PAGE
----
Children in front of Creation Rock at the Red Rocks Formation. This image doesn’t do justice to the size.

The Denver skyline view from the Red Rocks Formation amphitheater

The Denver skyline view from the Red Rocks Formation amphitheater



That’s a word I made up. But I think it describes a lot of the experiences of deputation life pretty well. A lot of what we do during this stage of our life seems temporary. Our visits to other churches, and our direct participation in the Lord’s work there, is temporary. Our time with friends is limited. (One of the sad things for our children at this point in life is that they make friends and leave them. It’s a special treat when they get to be in the same Sunday School class for two weeks in a row.)

Our time at home is punctuated by trips to visit churches and present our burden for Taiwan. And even if we were here all the time, it would feel temporary because we’re doing everything with moving to Taiwan in mind. So we go to the store and see something we like. Should we get it? Do we really want to take it to Taiwan. Not really.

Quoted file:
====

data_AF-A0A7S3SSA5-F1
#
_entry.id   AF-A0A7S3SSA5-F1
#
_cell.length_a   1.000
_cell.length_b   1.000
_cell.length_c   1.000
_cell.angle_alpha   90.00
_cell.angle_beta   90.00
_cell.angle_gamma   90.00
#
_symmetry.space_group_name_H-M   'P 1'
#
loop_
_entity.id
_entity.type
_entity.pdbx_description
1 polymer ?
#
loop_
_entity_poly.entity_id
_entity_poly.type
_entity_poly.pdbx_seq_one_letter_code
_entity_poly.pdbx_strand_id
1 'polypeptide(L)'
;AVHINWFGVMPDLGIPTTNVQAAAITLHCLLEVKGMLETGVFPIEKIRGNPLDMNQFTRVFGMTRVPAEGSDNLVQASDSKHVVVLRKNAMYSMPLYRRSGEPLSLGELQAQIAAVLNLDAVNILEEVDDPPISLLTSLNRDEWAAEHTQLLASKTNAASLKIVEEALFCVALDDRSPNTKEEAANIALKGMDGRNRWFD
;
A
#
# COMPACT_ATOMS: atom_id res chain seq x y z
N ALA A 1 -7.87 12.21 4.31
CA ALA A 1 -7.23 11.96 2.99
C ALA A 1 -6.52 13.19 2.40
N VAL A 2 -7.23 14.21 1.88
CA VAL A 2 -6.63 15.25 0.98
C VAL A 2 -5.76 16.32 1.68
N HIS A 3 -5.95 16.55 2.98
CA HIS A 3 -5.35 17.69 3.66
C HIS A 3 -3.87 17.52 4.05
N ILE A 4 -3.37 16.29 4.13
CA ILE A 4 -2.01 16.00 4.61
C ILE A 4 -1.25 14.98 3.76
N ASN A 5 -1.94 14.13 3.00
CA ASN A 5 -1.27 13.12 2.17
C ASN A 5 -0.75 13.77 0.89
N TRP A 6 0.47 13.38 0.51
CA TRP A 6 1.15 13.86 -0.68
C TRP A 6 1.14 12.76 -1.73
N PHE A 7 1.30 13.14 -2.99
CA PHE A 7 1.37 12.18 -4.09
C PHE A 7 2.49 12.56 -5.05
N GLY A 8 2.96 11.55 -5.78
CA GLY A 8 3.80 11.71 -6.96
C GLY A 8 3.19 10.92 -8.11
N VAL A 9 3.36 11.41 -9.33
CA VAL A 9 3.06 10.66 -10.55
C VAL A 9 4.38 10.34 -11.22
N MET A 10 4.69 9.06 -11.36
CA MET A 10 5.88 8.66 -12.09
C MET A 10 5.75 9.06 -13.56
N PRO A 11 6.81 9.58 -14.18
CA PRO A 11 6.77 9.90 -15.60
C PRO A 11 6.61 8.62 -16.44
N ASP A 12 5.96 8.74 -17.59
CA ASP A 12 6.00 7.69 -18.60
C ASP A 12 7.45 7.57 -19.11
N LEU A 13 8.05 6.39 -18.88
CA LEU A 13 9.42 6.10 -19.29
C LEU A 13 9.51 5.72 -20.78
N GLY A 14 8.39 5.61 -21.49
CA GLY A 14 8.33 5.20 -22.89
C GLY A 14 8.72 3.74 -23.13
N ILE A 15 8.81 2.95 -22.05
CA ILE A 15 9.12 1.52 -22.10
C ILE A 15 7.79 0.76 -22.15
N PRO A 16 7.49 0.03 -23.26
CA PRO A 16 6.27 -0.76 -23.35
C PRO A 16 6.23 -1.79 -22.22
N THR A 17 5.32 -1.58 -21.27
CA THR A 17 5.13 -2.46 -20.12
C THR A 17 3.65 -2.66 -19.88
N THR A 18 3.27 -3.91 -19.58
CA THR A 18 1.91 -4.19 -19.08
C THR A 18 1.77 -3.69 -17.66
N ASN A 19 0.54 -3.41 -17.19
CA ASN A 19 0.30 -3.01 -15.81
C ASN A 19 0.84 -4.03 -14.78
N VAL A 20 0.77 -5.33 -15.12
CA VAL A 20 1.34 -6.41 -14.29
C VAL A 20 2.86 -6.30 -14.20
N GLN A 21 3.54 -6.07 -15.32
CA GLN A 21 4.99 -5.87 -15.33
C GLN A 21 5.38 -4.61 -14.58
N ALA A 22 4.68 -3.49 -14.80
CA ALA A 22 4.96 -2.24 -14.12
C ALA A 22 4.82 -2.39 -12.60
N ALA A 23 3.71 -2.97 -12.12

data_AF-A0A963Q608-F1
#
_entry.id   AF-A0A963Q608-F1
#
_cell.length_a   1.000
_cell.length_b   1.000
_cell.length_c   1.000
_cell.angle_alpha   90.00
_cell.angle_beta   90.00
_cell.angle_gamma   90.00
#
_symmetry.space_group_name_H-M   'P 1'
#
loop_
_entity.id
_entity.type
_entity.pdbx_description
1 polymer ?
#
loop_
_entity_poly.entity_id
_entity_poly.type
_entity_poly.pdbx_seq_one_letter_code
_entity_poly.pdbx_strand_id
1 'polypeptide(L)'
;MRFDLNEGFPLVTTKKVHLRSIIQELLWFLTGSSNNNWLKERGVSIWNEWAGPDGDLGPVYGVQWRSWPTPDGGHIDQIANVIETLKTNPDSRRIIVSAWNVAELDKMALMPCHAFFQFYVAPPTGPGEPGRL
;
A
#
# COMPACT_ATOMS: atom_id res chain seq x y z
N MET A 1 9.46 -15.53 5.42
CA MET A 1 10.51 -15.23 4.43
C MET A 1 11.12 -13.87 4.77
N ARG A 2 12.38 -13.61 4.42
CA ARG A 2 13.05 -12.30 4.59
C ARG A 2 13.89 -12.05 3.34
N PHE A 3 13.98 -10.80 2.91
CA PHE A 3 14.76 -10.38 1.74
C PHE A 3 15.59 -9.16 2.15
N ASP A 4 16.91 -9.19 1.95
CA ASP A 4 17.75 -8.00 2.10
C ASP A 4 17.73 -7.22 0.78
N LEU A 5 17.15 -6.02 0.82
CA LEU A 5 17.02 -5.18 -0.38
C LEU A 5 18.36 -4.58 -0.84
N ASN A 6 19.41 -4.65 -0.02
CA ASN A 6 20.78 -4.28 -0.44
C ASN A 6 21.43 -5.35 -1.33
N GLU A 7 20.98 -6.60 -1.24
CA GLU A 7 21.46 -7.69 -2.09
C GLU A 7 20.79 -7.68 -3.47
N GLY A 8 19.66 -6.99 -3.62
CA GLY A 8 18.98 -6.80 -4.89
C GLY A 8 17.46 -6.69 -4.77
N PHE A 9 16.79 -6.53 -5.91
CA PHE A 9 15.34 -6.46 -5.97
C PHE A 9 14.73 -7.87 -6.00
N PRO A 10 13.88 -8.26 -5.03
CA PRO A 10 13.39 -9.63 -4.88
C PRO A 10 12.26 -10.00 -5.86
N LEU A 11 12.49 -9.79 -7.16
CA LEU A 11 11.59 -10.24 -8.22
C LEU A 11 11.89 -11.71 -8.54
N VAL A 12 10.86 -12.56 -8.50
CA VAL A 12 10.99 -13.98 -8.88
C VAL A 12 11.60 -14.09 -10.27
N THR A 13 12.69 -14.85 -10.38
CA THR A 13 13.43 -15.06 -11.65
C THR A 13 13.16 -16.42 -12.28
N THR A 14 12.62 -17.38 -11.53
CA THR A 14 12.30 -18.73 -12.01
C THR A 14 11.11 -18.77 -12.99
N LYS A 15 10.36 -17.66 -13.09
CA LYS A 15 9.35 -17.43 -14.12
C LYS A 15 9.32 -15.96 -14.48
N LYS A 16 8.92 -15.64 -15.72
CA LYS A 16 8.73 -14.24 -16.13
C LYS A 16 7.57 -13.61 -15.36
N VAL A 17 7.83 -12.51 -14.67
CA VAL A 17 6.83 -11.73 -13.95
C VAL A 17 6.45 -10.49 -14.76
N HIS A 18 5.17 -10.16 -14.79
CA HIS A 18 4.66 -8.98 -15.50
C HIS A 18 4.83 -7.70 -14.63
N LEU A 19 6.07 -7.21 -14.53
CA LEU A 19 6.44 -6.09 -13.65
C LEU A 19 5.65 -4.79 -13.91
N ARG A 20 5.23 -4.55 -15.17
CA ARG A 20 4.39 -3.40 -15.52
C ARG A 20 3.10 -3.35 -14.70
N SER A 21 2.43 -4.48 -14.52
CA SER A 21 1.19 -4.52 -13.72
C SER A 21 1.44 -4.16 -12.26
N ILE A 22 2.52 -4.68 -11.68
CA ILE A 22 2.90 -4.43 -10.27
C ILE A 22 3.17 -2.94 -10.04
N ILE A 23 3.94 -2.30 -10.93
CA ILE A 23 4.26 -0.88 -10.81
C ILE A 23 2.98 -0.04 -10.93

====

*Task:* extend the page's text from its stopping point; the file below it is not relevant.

There are some interesting parallels here to the whole Christian life. It’s temporary, because this world is. But that doesn’t mean that everything is temporary. That’s the message of the book of Ecclesiastes. You’re surrounded by temporarity [vanity], but don’t live for it. Live for what is eternal. While our time with people is limited, our ministry with them has eternal consequences – all our little conversations. When we pray for people, we continue our ministry with them. And we’re supposed to imitate Paul (who himself imitated Christ). His attitude was: “I do all things for the sake of the gospel” (1Co 9:23) and “do all to the glory of God” (1Co 10:31). Life-orienting statements.

The touch, the feel… of cotton

Emmett, Bella, and Arthur leaning against a wall of cotton

Emmett, Bella, and Arthur leaning against a wall of cotton

This was Eli Whitney on a grand scale. With too much noise to hear our tour guide, we just looked up at the three-story-tall cotton gins – two of them. Our friends in Georgia, Greg and Melissa Davis, with their children Benjamin and Irene, had agreed to take us to the local cotton gin in the community near where Greg pastors.